Thursday, 31 May 2007
The Iraq War
The iraq War
I was travelling through Charles de Gaulle airport right after the Iraq war started. This was also the time that the SARS scare was breaking out. My flight had been cancelled, and even though I had confirmed my ticket less than 24 hours prior, the people at Air France did not make an effort to put me on a flight as soon as possible. I couldn’t understand why I wasn’t getting on one of the many flights as they continued to leave the ground, as the hours rolled past, and they kept cancelling my seats on upcoming flights, one after another. I finally went to ask someone why I couldn’t be placed onto one of these flights. The response came curtly, from behind a white medical mask that was a standard issue for all Air France workers at that time, that I did not need an explanation as to why I was being bumped, because I am American, and the reason flights were being re-arranged was because of the Iraq war, for which, by the way, I was personally responsible.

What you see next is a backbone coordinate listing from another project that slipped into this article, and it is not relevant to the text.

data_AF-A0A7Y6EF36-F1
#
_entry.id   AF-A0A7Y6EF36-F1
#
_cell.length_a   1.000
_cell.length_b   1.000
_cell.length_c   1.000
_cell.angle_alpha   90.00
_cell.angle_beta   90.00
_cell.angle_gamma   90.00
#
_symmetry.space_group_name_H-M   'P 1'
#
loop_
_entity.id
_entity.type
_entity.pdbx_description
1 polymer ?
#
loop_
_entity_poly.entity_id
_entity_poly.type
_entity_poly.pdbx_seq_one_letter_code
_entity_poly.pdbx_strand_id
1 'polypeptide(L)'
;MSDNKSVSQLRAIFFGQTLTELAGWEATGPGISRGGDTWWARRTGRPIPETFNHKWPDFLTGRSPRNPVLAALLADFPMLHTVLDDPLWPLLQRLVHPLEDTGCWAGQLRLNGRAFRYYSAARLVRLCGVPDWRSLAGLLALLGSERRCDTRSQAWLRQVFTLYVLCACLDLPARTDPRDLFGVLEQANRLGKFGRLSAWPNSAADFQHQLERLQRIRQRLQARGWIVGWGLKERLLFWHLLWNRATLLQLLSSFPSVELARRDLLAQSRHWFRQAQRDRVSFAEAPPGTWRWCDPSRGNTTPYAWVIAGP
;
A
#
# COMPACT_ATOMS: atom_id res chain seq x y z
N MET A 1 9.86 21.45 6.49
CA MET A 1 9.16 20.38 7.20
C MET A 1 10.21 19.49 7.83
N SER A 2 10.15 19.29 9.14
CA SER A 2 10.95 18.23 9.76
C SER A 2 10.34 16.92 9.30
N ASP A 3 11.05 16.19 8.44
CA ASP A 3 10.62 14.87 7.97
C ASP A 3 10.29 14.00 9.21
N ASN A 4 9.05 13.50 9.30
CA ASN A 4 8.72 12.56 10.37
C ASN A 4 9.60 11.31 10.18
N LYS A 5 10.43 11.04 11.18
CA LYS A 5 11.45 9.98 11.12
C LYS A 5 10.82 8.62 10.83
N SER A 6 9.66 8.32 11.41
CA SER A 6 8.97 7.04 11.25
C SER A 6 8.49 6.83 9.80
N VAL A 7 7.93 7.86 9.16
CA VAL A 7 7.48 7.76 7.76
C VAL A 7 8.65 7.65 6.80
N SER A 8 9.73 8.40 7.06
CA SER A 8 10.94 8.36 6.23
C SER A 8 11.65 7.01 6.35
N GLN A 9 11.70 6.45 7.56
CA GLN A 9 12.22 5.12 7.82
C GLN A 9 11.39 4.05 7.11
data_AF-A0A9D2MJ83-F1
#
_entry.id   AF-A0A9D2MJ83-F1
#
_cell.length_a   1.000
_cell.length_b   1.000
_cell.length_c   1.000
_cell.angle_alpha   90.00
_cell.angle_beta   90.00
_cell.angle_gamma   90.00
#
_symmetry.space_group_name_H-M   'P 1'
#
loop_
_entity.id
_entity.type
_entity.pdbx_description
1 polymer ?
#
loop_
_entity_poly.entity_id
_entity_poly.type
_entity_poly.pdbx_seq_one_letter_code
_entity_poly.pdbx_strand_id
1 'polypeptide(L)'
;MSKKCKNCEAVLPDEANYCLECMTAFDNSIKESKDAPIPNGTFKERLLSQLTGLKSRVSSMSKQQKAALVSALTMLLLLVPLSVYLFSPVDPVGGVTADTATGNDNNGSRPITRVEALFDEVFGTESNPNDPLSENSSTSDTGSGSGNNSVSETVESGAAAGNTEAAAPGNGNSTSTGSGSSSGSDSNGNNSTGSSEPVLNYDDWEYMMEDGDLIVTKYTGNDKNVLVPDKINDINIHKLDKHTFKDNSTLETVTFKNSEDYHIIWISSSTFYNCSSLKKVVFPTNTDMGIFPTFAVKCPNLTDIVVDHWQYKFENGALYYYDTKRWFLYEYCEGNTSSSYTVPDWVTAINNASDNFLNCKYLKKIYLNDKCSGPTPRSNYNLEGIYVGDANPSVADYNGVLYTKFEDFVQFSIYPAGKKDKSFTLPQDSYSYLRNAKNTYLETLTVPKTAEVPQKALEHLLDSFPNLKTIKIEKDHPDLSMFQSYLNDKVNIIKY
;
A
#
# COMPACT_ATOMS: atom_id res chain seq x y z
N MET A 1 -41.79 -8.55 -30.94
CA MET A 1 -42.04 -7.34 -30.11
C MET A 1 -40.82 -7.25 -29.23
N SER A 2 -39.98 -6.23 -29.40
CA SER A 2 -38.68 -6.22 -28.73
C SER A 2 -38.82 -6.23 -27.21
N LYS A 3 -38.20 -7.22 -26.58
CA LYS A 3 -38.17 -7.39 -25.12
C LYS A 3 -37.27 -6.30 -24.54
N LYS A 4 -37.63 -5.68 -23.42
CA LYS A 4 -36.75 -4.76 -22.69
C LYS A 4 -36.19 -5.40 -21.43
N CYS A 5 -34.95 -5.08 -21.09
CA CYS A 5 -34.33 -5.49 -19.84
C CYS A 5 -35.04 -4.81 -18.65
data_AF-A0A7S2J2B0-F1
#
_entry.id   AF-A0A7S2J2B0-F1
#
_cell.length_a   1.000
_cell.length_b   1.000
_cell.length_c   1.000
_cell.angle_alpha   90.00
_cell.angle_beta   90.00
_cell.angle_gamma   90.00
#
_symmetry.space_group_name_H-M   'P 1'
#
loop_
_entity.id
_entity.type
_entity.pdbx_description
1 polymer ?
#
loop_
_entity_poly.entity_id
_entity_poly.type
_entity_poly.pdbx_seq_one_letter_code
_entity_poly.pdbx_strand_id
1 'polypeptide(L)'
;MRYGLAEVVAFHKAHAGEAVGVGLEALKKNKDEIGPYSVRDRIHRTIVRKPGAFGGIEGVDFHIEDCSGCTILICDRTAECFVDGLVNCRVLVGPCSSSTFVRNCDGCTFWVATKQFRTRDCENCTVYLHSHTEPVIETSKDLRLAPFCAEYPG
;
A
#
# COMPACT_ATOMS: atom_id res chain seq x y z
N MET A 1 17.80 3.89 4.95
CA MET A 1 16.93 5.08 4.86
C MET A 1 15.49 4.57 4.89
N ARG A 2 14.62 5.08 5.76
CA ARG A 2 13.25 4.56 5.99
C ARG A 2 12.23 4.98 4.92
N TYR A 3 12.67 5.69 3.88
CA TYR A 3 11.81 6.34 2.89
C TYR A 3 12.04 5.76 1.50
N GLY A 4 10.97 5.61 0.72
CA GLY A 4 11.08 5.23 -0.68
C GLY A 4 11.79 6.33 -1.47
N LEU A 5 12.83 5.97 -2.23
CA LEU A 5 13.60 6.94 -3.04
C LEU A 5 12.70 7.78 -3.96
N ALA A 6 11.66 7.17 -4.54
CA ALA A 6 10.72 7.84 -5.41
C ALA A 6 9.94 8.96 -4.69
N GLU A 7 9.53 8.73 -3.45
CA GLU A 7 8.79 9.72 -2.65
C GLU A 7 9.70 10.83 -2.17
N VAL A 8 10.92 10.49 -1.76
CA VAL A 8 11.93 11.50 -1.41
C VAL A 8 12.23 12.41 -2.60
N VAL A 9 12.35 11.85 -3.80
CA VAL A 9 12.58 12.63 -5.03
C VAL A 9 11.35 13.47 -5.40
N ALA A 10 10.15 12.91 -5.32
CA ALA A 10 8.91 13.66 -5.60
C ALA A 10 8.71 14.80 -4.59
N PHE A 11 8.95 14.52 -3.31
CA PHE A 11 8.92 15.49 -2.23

Naturally, I was shocked. And I felt alone and isolated. What did I have to do with the Iraq war? I didn’t vote for this administration. I did not support the war. I had no part in it. Yet, because of it, I felt alone, and scared, and abused. And I imagine, that those feelings that I had, are the same feelings, mine being comparatively on a painfully microscopic scale, that another young woman in Iraq would be feeling at the same moment as me. And I wonder if there is any connection between people in the world who are feeling the same things at the same time. Are we all interrelated, truly? Can the world be thought of as a whole, living being, and we as only some of its constituent parts—like cells or organs that make it up?